This morning CytoSport, the makers of Muscle Milk, pulled the plug on their sponsorship deal with troubled New England Patriots’ tight end Aaron Hernandez. It would not be a surprise to see Puma step in next and end their relationship with the player. Luckily for both of these companies, they did not make a financial commitment to him that were anywhere as lucrative as the extension the Patriots signed him to just ten months ago.
The Patriots locked up Hernandez through 2018 with a five-year extension that would max out at $40 million and included $16 million in guaranteed money. Cutting him could prove to be difficult. However, if he is found to be in violation of contract language or the league’s personal conduct policy, the Patriots could recover bonus money and avoid a salary cap hit.
Despite a potential financial downfall and the on-field damage that could be done by releasing one of their most-talented players, one thing is becoming apparent, Hernandez is not a player they should associate themselves with long-term. The ever-growing pool of negative reports on the star tight end makes it hard to imagine a day where he would again step foot on the field at Gillette Stadium in a Patriot uniform. Their best move would be to cut their losses and cut Hernandez sooner rather than later to make a strong statement.
Cloud Atlas has received mostly positive reviews and while it provides some entertainment value, it is a failure in a number of areas. The film tells a number of stories over different periods of time, that are supposed to in the end come together to form a cohesive set of events. Even after its nearly three hours, you are still left with more questions than answers and the story never bonds as one would hope.
Some of the best scenes of the CA stray far away from its serious, epic storyline. Particularly the escapades of Timothy Cavendish, played by Jim Broadbent, provide some much needed lighthearted moments in a movie that is otherwise trying to be much too ambitious for its own good. Directors Andy and Lana Wachowski, the minds behind The Matrix, failed to put anything to screen here that can hold a candle to their sci-fi trilogy.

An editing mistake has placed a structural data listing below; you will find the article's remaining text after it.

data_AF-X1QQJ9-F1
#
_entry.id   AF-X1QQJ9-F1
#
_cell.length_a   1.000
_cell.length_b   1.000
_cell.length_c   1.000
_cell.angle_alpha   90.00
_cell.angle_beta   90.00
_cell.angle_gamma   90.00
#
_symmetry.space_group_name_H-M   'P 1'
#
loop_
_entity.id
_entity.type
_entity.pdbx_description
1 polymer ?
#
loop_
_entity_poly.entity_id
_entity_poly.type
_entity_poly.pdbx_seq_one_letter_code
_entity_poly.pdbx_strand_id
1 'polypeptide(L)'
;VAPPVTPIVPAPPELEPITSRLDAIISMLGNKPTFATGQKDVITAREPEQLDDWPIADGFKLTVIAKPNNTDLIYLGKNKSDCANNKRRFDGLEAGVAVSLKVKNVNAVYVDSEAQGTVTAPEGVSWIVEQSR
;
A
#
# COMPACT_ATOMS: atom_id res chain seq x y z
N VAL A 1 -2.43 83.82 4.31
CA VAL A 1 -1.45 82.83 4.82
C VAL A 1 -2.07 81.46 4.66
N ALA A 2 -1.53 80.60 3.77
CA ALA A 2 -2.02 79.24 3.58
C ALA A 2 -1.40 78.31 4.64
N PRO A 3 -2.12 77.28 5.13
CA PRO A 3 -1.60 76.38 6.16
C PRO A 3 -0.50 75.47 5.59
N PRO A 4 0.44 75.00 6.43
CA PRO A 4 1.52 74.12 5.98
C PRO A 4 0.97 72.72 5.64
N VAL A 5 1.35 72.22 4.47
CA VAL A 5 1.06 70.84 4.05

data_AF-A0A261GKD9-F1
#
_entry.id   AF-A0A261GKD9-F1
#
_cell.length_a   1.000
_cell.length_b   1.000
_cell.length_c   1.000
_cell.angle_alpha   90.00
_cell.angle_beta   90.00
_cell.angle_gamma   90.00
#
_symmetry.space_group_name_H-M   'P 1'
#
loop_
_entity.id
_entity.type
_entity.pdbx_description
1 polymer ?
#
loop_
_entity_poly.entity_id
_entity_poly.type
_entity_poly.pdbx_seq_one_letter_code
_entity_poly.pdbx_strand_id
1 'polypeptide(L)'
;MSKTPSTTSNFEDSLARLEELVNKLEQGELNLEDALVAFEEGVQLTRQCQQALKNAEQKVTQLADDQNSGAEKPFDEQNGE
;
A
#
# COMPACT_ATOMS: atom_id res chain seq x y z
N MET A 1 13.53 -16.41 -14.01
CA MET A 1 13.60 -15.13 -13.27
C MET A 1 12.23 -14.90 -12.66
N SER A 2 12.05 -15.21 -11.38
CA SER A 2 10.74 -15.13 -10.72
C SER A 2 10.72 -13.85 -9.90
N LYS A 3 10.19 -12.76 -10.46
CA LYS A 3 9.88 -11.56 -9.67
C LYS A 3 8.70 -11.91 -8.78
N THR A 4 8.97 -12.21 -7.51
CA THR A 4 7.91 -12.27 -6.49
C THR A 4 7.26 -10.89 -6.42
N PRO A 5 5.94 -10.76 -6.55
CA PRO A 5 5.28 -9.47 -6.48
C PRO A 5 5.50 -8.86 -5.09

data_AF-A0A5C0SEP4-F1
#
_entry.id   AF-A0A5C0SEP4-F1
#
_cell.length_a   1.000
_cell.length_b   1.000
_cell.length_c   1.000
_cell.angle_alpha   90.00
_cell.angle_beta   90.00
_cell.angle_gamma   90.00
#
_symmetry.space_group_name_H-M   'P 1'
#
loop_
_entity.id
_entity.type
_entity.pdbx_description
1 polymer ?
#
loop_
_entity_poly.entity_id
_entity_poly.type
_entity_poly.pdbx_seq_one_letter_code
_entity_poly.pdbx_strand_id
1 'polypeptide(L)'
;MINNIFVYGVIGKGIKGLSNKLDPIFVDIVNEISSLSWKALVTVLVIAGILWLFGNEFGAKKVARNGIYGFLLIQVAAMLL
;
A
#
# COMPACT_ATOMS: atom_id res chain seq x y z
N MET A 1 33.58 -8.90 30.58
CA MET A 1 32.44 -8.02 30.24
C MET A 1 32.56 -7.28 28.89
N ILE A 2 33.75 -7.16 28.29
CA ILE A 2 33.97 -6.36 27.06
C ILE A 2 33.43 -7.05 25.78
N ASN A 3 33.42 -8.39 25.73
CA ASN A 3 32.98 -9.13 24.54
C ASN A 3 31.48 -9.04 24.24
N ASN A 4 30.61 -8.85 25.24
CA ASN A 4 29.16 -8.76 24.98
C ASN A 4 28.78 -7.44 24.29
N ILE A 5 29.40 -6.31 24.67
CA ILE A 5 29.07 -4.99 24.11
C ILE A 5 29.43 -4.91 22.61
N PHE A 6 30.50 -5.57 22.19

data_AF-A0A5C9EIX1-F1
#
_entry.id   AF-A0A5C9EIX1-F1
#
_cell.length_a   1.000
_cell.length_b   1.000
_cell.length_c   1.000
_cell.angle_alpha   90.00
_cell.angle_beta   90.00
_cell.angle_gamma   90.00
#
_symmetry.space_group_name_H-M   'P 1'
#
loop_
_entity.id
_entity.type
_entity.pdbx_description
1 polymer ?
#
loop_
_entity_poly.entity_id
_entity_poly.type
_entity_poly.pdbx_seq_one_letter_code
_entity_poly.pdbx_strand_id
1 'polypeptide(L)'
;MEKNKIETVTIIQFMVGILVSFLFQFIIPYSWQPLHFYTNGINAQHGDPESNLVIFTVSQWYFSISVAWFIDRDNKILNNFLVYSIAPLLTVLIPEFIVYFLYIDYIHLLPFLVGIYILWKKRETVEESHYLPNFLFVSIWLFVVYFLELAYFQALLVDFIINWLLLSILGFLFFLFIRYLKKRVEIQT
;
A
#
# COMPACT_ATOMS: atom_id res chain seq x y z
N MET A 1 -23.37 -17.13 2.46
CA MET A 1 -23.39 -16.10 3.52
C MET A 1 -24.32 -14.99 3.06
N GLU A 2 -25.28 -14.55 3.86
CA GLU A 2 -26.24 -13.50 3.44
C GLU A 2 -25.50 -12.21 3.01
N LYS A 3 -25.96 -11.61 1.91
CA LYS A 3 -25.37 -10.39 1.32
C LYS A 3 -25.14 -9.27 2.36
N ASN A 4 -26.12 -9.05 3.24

There are some great individual performances in the movie and there are certainly memorable moments, however in the end you are still feeling like you are waiting on the punchline of a joke that is sadly never coming. The original novel by David Mitchell may provide more insight, but unfortunately you are left not caring enough about the characters that you want to know more of them.
MILD SPOILERS BELOW:
Sony’s Resident Evil film franchise is getting further and further away from the game series that it is supposed to be based upon. The creators of these films have decided to arbitrarily throw in characters and ideas from the game series without explaining who and what they are.
In this fifth film, titled Retribution, Paul W.S. Anderson, who has written all five films and now directed three, proved once again he knows very little of the game series. He seems like he must grab a character list and synopsis of each game and just grabs pieces from them without even having a true understanding of them. Anderson has seemingly never played the games, and if he has, he is truly failing to bring the tone and spirit of them to the big screen.
In Retribution, former Raccoon City police officers Barry Burton and Leon S. Kennedy, originally from Resident Evil and Resident Evil 2, respectively, have been thrown in without giving the audience even a clue of who they are or that they have a history with other characters present, such as Jill Valentine.
I have been scratching my head since the original film in 2002 as to why they have chosen to base the series around Alice, portrayed by Milla Jovovich, a character who was never in any of the games to begin with. Her character, along with overly stylized martial arts sequences and plenty of other cheesy moments, can make these films difficult to watch at times. I was one false step away from leaving the theatre halfway through Retribution.
With a sixth film completely evident going by the ending of this one, it seems I may have to endure one more of these films.
Since I am now writing somewhat frequently for Bleacher Report, I will use this space mainly to write about things other than sports. My sports writing is still available by using the links above, but the bulk of the writing done solely for this site will be on movies, video games, and anything else I may feel strongly about.
I will no longer be posting about all of the new articles I write for Bleacher Report on this home page, but the link to get to everything I write for Bleacher Report can be found in “Published Work” section above.
My latest Bleacher Report article regarding wide receiver Chad Ochocinco just went live. Here is the link.
Here is my newest piece which was just published to BleacherReport.com this afternoon. It looks at 5 rookies to keep an eye on when the Patriots hit the Gillette Stadium practice fields for training camp in July.